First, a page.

The Shape of Things to Come is a badlands book. It is a land ironclad in words, a craft designed to carry its maker and its readers through the bad tough nurtureless years between the two World Wars intact, until a more verdant time is reached, on the other side of history, where we may all relax again. It is a guide for survival, a vade mecum, a mantra, a great fixed unshatterable shield glued together out of a mental gum that we might call word obdurate – until it all comes unglued, for one precious instant, right in the middle of the passage it is guiding us along, as we shall see.

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Liveblogging the American Revolution: August 11, 1778: George Washington to Henry Laurens,

George Washington: To Henry Laurens][]:

White Plains August 11th 1778

Sir--

I take the liberty of transmitting to Congress the Inclosed Letter, which I just now received from the pay Master General. They will perceive by it, that the Military Chest is entirely exhausted, and, that a third of the Army remains unpaid for the Months of April and May. The importance & necessity of an immediate and large supply will at once appear—and I am persuaded it will be ordered and forwarded with all possible expedition.

Since I had the honor of writing by Colo. Heth on Sunday last, I have not received any advices from Rhode Island.

I have the Honor to be with great respect & esteem sir

Your Most Obedt sert

Go: Washington


Liveblogging Postwar: August 8, 1946: Harry S. Truman to Bess W. Truman

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Harry S. Truman: To Bess W. Truman:

[The White House], August 8, 1946

Dear Bess:

I had hoped for a letter today - but the mails are slow I guess. I signed about a hundred bills yesterday and more than that today. Vetoed some and have half dozen recommended for veto today on my desk now to read.

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Liveblogging World War II: August 7, 1946: Eleanor Roosevelt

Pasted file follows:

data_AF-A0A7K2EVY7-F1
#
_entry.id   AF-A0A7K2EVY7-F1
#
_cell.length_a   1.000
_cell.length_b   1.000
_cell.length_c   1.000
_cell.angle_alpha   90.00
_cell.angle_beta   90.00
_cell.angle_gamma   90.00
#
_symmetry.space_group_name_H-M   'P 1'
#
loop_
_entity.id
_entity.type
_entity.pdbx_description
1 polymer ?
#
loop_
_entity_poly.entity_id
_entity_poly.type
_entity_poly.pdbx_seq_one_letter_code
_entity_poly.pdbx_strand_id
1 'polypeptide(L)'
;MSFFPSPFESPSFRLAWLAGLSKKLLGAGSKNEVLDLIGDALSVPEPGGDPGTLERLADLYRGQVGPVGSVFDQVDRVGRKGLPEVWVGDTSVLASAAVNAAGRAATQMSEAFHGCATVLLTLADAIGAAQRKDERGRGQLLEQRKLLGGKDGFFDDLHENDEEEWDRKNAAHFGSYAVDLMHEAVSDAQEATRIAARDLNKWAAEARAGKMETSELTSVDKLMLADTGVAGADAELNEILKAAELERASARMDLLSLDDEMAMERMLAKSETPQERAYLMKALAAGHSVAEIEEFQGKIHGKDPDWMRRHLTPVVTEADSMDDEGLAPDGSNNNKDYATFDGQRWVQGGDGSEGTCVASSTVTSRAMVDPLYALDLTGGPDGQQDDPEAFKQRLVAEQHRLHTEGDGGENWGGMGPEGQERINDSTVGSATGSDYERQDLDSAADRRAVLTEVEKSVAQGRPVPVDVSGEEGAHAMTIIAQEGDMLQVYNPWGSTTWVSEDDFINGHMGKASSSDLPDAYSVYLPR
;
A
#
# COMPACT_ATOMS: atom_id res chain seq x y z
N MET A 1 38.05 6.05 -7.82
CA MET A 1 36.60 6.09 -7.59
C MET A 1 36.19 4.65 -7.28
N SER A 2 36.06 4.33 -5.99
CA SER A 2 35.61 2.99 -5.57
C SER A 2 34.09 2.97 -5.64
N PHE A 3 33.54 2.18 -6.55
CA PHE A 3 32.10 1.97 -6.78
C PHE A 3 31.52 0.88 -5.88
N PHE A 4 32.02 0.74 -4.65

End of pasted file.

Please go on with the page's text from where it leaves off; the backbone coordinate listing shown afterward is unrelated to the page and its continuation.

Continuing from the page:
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Eleanor Roosevelt: My Day: August 7, 1946:

HYDE PARK, Tuesday—On the 7th of August four years ago, our marines landed on Guadalcanal. Some of the boys who made that historic landing have told me what those first few weeks were like. It was hard fighting, not only against the Japs but against disease and against propaganda from Japan which made them sometimes feel that they were an isolated dot in the Pacific.

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Liveblogging Postwar: August 5, 1946: Eleanor Roosevelt

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Eleanor Roosevelt: My Day:

HYDE PARK, Sunday—Some of the papers in the Maine area made a good deal of the fact that, on my trip up to Campobello Island, I could not stay overnight at a hotel in Portland because I had Fala with me. Since it was a hotel rule, the clerk was quite right to stick to it and I had no complaint. I did not know of the rule because I had never stayed in that hotel before, and I would not have telegraphed for rooms there if I had not forgotten the name of the hotel where I usually stay. I remembered this hotel because my son had stayed there when he made a speech in Portland last spring.

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Liveblogging the American Revolution: August 4, 1778: An Address to Miss Phillis Wheatly, Ethiopian Poetess

Google Image Result for https www umb edu editor uploads images cla p z Phillis Wheatley jpg

Jupiter Hammon: An Address to Miss Phillis Wheatly, Ethiopian Poetess, in Boston, who came from Africa at eight years of age, and soon became acquainted with the gospel of Jesus Christ:

O Come you pious youth! adore
The wisdom of thy God,
In bringing thee from distant shore,
To learn his holy word.

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Liveblogging the American Revolution: August 3, 1778: Cruger's Wharf Fire

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New York: